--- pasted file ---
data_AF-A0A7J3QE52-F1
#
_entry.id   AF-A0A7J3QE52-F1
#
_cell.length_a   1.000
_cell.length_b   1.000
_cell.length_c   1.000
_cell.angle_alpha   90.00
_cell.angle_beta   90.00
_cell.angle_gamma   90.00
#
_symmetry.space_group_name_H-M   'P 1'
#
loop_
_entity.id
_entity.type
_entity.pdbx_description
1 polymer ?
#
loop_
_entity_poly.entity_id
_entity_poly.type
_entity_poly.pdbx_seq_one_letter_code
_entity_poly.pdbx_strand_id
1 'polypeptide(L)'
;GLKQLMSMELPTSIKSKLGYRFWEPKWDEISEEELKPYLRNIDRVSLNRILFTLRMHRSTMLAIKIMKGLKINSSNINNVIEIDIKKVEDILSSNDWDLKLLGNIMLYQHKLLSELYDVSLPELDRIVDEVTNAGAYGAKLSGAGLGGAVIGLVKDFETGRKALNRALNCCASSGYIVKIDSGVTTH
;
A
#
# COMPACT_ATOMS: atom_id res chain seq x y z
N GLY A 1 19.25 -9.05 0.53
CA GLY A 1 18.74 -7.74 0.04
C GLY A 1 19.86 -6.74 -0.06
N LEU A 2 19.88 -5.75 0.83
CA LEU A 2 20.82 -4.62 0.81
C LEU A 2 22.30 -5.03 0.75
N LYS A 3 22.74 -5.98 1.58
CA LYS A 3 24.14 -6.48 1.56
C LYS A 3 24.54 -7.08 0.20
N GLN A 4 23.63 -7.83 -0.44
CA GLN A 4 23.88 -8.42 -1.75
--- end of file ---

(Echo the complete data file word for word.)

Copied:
data_AF-A0A7J3QE52-F1
#
_entry.id   AF-A0A7J3QE52-F1
#
_cell.length_a   1.000
_cell.length_b   1.000
_cell.length_c   1.000
_cell.angle_alpha   90.00
_cell.angle_beta   90.00
_cell.angle_gamma   90.00
#
_symmetry.space_group_name_H-M   'P 1'
#
loop_
_entity.id
_entity.type
_entity.pdbx_description
1 polymer ?
#
loop_
_entity_poly.entity_id
_entity_poly.type
_entity_poly.pdbx_seq_one_letter_code
_entity_poly.pdbx_strand_id
1 'polypeptide(L)'
;GLKQLMSMELPTSIKSKLGYRFWEPKWDEISEEELKPYLRNIDRVSLNRILFTLRMHRSTMLAIKIMKGLKINSSNINNVIEIDIKKVEDILSSNDWDLKLLGNIMLYQHKLLSELYDVSLPELDRIVDEVTNAGAYGAKLSGAGLGGAVIGLVKDFETGRKALNRALNCCASSGYIVKIDSGVTTH
;
A
#
# COMPACT_ATOMS: atom_id res chain seq x y z
N GLY A 1 19.25 -9.05 0.53
CA GLY A 1 18.74 -7.74 0.04
C GLY A 1 19.86 -6.74 -0.06
N LEU A 2 19.88 -5.75 0.83
CA LEU A 2 20.82 -4.62 0.81
C LEU A 2 22.30 -5.03 0.75
N LYS A 3 22.74 -5.98 1.58
CA LYS A 3 24.14 -6.48 1.56
C LYS A 3 24.54 -7.08 0.20
N GLN A 4 23.63 -7.83 -0.44
CA GLN A 4 23.88 -8.42 -1.75